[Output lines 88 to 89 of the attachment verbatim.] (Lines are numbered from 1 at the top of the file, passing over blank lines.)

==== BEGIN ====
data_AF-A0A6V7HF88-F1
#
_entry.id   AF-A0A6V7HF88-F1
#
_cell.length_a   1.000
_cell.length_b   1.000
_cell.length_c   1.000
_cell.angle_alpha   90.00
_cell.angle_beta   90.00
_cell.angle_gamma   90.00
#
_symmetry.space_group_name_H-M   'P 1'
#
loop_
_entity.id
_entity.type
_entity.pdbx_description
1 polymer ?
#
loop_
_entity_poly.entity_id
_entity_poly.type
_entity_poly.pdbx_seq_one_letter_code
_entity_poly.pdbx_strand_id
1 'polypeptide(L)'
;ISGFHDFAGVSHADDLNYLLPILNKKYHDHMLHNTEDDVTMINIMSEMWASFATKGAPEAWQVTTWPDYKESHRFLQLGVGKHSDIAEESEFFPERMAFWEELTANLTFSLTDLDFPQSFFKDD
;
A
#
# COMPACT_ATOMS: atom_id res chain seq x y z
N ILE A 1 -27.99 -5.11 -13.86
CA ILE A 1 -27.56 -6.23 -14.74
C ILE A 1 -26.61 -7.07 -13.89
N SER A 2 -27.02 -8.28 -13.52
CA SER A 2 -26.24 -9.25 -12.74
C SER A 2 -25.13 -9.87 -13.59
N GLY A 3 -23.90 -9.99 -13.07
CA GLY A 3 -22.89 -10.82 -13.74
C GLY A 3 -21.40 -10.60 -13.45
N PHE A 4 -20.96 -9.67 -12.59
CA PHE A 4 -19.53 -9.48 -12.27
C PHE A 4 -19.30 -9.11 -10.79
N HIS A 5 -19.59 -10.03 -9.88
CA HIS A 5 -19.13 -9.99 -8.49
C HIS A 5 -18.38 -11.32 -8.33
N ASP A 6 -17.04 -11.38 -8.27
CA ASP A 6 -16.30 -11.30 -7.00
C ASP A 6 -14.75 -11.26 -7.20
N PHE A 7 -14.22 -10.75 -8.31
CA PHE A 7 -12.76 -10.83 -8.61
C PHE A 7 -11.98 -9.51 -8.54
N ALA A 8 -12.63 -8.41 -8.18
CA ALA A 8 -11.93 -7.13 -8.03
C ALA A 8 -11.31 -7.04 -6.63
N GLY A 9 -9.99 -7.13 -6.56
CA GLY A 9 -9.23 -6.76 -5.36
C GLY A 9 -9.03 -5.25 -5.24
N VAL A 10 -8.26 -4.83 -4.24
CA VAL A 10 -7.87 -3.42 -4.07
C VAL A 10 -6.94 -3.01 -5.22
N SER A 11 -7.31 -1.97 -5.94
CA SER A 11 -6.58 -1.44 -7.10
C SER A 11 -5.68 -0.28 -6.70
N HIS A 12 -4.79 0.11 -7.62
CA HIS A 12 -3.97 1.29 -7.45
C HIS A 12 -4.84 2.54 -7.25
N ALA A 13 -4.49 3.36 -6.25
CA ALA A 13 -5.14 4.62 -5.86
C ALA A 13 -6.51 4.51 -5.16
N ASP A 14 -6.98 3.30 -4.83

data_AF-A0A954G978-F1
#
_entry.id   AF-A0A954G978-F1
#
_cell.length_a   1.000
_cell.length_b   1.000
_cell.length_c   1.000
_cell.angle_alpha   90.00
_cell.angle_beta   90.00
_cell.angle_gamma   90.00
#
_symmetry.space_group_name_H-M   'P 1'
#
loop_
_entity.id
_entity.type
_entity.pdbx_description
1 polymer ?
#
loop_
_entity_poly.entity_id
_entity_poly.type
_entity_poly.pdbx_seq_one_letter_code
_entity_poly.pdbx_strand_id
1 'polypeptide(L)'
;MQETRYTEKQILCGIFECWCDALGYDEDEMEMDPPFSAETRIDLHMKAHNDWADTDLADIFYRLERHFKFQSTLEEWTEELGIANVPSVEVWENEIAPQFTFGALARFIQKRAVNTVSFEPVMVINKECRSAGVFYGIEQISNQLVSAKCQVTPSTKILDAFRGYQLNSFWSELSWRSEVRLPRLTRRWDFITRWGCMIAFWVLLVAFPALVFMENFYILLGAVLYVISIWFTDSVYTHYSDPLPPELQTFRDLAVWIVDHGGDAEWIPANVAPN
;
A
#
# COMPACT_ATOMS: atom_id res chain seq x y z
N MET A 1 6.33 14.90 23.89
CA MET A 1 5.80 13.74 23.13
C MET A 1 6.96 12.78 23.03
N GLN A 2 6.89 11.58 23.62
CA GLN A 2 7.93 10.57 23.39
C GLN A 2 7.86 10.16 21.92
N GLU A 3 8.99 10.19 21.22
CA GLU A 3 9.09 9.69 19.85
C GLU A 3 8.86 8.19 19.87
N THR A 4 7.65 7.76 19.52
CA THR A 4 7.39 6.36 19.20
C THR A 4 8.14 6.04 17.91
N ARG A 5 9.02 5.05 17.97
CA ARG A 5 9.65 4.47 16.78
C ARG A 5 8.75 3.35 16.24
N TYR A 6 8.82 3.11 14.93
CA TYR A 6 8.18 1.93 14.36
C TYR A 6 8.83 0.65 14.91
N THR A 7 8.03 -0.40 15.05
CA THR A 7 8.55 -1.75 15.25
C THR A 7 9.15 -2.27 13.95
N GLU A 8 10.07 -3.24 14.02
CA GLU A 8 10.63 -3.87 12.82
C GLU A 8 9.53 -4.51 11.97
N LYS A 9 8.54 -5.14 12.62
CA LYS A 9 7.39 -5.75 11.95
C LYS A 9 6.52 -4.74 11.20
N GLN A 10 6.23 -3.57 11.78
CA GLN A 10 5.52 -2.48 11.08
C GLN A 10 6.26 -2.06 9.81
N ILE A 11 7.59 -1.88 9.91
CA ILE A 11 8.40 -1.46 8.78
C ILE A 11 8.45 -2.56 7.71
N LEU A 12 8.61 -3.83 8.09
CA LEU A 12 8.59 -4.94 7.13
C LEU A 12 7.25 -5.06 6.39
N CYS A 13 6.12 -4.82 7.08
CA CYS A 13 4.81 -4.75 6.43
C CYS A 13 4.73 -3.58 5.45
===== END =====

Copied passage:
1 polymer ?
#